The following is a lightly edited transcript of remarks made by Celeste Headlee during a Newsweek bonus episode of The Debate about Will Smith slapping Chris Rock. You can listen to the podcast here:

I do not want any man that I am in a relationship with making assumptions about what I can or cannot handle. Nobody’s words or jokes are bad enough for me to require a violent response. If Chris Rock was physically threatening me and I have a larger, stronger person by my side, male or female, who wants to step in and take that punch for me? Absolutely. I’m a female journalist on Twitter. I get horrible abuse aimed at me every single day. I’m not saying that it’s okay; I’m just saying that in terms of the level of injury, when you are in the public, mean words are aimed at you all the time. The right to free speech just means the government not going to prosecute you for what you’ve said.

Following Will Smith’s slap of Chris Rock, relationship expert Dr. Wendy Walsh apologized for a video she made comparing Smith to Russian President Vladimir Putin.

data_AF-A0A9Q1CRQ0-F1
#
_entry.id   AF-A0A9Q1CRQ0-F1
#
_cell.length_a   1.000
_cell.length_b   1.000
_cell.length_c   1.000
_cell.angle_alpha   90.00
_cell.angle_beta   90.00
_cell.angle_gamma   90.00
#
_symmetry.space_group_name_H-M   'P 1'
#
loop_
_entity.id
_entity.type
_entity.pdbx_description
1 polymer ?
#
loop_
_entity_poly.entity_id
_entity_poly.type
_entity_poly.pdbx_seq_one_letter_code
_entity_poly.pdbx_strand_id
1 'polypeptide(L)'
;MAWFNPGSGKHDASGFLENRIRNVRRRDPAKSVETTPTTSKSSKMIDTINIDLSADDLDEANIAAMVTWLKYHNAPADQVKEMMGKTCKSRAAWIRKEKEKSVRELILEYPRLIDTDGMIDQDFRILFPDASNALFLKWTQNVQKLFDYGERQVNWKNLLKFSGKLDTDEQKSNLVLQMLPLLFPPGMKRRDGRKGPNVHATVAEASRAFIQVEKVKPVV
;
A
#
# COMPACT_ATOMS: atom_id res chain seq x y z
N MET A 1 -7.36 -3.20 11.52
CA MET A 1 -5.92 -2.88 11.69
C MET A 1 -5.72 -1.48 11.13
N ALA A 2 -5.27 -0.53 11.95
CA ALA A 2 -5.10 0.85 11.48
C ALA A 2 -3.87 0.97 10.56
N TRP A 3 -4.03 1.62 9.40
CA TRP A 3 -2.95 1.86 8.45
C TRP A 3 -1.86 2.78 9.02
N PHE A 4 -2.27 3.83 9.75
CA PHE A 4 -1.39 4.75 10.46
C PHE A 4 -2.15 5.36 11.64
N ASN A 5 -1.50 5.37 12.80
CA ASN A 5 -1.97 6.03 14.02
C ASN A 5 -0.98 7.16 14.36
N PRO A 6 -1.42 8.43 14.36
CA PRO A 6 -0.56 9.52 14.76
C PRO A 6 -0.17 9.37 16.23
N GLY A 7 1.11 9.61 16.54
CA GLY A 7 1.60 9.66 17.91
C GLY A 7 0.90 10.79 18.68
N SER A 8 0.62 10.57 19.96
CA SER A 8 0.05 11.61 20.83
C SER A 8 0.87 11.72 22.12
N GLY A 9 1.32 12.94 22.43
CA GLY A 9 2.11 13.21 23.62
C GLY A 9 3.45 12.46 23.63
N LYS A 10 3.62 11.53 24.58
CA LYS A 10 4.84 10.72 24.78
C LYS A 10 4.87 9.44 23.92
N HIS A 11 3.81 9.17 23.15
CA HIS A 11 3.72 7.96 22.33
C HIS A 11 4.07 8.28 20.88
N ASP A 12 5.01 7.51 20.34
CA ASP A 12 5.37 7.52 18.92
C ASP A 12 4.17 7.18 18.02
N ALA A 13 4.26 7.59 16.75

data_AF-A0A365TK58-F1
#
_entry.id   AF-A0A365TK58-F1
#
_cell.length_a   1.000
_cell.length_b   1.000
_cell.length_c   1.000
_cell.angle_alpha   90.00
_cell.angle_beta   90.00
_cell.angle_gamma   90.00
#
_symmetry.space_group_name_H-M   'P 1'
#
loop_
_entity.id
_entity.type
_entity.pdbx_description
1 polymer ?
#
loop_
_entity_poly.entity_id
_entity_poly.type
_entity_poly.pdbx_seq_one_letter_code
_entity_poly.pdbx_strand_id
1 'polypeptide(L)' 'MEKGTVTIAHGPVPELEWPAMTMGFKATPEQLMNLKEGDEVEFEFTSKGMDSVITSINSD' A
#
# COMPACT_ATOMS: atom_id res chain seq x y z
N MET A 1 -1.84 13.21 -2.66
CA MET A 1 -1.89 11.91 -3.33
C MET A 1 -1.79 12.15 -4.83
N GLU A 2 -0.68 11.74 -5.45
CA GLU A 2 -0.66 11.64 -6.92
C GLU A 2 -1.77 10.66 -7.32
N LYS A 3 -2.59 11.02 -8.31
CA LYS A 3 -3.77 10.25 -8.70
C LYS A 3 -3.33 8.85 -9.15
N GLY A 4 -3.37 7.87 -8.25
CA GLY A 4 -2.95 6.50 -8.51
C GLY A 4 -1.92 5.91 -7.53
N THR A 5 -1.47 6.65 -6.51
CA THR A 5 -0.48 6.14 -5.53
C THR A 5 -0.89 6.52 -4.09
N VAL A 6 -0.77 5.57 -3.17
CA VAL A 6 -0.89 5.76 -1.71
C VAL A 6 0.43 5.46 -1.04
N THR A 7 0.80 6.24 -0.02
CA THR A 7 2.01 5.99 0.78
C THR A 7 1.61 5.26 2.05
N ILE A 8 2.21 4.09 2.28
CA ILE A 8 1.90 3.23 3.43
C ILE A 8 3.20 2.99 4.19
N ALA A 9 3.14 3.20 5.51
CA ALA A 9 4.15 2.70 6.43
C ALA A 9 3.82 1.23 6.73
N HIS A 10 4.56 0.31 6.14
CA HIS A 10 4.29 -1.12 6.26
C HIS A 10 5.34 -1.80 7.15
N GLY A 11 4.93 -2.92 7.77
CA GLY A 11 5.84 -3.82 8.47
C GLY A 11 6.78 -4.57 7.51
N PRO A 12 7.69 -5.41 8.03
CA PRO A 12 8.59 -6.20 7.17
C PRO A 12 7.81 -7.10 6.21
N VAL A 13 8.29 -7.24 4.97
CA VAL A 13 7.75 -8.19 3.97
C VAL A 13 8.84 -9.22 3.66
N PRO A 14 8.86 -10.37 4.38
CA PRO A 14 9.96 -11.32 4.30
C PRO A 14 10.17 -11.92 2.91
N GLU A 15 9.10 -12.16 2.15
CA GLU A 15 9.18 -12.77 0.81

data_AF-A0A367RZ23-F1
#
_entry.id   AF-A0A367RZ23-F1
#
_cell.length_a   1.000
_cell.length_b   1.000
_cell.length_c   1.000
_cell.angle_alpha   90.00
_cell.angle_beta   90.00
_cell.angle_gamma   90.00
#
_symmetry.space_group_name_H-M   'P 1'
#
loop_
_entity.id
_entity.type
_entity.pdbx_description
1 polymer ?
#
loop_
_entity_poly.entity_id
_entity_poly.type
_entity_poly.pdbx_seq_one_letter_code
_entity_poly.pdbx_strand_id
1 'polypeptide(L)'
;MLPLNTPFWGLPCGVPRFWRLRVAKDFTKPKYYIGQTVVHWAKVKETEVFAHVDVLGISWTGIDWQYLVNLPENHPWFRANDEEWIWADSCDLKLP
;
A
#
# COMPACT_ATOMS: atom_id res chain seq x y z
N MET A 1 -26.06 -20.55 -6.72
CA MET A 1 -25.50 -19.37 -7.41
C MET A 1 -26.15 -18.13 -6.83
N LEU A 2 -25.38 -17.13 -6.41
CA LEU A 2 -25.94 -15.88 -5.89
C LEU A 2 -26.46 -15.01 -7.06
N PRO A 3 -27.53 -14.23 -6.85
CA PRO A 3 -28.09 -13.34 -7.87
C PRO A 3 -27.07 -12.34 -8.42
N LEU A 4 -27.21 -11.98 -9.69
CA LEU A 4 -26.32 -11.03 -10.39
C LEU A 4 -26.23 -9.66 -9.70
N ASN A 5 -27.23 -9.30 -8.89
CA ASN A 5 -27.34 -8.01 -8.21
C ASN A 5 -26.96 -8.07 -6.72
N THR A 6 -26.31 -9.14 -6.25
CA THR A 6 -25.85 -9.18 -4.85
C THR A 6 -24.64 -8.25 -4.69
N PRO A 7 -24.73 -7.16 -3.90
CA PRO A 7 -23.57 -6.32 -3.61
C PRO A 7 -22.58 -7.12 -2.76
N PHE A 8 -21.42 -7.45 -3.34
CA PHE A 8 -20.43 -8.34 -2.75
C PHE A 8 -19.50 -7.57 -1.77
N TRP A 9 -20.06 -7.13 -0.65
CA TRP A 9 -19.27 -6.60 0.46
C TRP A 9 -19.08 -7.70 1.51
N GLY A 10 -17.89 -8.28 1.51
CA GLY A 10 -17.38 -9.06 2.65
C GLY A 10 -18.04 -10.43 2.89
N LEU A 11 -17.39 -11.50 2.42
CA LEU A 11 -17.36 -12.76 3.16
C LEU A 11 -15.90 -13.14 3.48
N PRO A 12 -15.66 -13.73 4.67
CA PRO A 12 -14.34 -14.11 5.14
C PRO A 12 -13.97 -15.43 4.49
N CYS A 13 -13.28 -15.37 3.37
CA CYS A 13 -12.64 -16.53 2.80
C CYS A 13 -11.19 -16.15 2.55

Robyn Beck / AFP / Getty

It does not mean that if tell some woman that she’s ugly, that her husband is not going to punch you in the face. That’s absolutely the case. You have to bear in mind that there are consequences to what you say. When you are somebody like Chris Rock, and you come out and you say nasty things or make bad jokes, you have to assume that there’s a possibility of negative consequences. But is it okay for Will Smith to storm up on stage and not only smack Chris Rock in the face, and then sit down in the seats and swear on national TV? No, I do not think so.

Celeste Headlee is the Co-host of The Debate at Newsweek, and author of Speaking of Race: Why Everybody Needs to Talk About Racism — and How to Do It

The views expressed in this article are the writer’s own.